The Sinclair C5 & Merthyr Tydfil
The death was announced last week of Sir Clive Sinclair (1940–2021), the inventor. We have all heard of the Sinclair C5 an “electrically assisted pedal cycle” designed and developed by Sir Clive Sinclair. The Sinclair C5 was a forerunner of today’s electric car and motor vehicles. The C5 was assembled in Wales by the Hoover Company, at its washing machine factory in Merthyr Tydfil.
Design and planning for the Sinclair C5 started in 1979, and with the abolition of road tax for electric vehicles in 1980, Sir Clive Sinclair thought the C5 would herald a new age of electrically-driven personal mobility. This vehicle is on display at the Swansea Waterfront Museum.
The Welsh Development Agency
The Welsh Development Agency (WDA) approached the Hoover Company in spring 1983 to see if they would be interested in assembling the C5. The Hoover Company became the principal subcontractor for Sinclair, who had been working on an electric car, and as a by-product of this research he had designed an electrically assisted bicycle, which is known today as the Sinclair C5.
On 10 January 1985, the C5 was launched in a blaze of publicity and, despite Lotus having a hand in its design, and its economic and environmental advantages, it never became popular with motorists or cyclists alike, and was nicknamed the Doodle-buggy, Hoover Hedgehog, Skinny Mini and Voltswagen. Just 7 months later, in August 1985, production of the C5 was terminated, by which time 12,000 C5s had been assembled at the site, with Hoover owed around £1.5m by the now-bankrupt Sinclair Vehicles company.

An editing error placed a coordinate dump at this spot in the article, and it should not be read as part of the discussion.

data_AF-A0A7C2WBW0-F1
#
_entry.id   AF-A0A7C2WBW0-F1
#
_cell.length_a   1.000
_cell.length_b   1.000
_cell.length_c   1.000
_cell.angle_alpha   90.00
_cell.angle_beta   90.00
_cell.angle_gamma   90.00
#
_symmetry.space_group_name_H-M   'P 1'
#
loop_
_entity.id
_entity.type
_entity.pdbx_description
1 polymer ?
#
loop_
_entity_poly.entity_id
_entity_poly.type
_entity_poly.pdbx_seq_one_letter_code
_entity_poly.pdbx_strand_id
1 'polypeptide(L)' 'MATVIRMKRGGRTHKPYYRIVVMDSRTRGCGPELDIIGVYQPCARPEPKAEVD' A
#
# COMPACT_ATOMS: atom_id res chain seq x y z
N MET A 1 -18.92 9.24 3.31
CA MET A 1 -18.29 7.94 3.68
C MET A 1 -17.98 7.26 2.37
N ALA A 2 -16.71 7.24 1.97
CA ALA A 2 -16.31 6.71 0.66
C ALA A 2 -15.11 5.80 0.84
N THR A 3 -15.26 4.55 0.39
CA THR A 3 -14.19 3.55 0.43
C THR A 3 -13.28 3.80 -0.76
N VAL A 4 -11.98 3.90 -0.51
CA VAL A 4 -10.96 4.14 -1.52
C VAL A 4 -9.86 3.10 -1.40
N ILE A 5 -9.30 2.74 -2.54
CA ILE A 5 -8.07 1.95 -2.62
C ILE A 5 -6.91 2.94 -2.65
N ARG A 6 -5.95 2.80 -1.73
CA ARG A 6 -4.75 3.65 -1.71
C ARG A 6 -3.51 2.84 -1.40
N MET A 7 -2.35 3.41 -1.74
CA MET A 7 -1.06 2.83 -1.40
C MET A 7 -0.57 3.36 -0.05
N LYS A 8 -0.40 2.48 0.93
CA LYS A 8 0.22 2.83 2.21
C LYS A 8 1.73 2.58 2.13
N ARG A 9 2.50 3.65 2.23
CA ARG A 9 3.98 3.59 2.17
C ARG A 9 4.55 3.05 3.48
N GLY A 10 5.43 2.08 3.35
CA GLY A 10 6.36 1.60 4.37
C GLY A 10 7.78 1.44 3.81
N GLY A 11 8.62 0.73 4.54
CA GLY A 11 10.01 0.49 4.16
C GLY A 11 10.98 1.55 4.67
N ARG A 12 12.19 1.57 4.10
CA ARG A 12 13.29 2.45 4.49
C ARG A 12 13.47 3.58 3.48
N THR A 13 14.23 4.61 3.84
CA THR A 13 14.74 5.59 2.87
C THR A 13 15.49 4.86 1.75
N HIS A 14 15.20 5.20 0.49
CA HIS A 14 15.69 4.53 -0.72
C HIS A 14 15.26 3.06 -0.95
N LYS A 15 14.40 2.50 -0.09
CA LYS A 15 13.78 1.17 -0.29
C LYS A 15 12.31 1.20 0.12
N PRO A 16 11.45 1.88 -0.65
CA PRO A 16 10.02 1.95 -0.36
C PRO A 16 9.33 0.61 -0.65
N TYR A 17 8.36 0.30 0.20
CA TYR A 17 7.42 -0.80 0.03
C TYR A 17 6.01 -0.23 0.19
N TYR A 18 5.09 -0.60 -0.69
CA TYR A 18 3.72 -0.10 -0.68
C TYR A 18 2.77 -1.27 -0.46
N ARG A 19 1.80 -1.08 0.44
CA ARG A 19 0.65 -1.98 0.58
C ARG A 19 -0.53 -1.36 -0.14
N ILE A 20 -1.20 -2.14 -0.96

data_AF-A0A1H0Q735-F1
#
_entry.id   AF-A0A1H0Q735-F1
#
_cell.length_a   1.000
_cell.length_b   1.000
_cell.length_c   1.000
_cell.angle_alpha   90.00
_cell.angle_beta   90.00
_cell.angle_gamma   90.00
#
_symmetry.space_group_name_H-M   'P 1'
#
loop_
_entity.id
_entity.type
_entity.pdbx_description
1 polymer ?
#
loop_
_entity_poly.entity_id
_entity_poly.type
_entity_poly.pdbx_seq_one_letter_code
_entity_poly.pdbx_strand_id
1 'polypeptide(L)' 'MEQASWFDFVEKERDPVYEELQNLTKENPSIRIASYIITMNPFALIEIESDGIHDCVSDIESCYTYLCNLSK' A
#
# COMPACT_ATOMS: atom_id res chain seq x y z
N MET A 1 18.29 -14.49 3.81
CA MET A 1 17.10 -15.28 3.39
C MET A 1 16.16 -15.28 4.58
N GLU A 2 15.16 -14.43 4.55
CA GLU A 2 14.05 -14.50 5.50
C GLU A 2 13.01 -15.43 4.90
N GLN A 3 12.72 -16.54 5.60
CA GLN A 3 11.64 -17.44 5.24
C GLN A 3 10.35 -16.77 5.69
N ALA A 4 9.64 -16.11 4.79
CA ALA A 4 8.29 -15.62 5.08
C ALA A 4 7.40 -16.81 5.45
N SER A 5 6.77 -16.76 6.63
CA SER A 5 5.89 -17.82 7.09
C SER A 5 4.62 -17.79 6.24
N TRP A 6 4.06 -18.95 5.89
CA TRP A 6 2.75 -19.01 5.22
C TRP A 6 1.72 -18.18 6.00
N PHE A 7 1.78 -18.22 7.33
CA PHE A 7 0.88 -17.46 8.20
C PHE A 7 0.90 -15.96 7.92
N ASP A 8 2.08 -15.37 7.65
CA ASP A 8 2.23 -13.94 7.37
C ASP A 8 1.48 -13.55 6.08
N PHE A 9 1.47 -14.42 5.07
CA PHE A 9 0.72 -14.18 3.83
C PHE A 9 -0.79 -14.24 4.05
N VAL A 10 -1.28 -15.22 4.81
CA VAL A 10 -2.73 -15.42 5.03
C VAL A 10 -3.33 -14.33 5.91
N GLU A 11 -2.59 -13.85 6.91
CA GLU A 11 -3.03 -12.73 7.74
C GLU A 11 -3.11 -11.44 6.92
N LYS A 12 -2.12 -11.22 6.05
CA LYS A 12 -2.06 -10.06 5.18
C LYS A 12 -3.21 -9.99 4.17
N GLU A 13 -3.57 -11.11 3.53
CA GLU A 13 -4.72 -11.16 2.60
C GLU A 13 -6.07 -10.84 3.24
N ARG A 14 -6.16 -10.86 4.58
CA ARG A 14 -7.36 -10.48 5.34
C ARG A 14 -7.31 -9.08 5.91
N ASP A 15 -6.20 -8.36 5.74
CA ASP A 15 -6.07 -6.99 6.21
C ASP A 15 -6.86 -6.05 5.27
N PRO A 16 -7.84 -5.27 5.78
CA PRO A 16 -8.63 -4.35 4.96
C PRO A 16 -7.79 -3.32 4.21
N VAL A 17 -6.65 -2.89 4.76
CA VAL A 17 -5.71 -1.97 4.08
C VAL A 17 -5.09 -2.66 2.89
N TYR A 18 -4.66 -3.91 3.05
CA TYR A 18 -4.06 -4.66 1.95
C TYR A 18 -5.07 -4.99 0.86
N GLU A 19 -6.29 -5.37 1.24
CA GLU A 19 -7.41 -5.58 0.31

The Hoover Factory
The Hoover Factory was built on the site of the former Plymouth Ironworks, which closed in 1882, an industry which epitomised the area during much of the 18th and 19th centuries. Following post-war industrial expansion, the Hoover Factory establish itself in the area.
The Hoover Factory, situated in Pentrebach, Merthyr Tydfil, began in June 1946, was designed by the same architects who designed Hoover’s factory in Perivale (Wallis and Gibert), with the first turf being cut by the Chairman and Managing Director of Hoover Ltd., C.B. Colston.
Opened on 19 October 1948, the factory was built in order to manufacture Hoover washing machines, with an initial workforce 350 employees, the company saw significant growth in the 1960s and ‘70s seeing employment at the site rising to 5,000; at the time it was one of the biggest employers in a town, which was dubbed by many as Hooverville.
Production of the washing machines and vacuum cleaners finally ceased at the site in 2009 when the factory shut its doors for the final time after 61 years.
Charles Green, Public Engagement Officer (Graphics).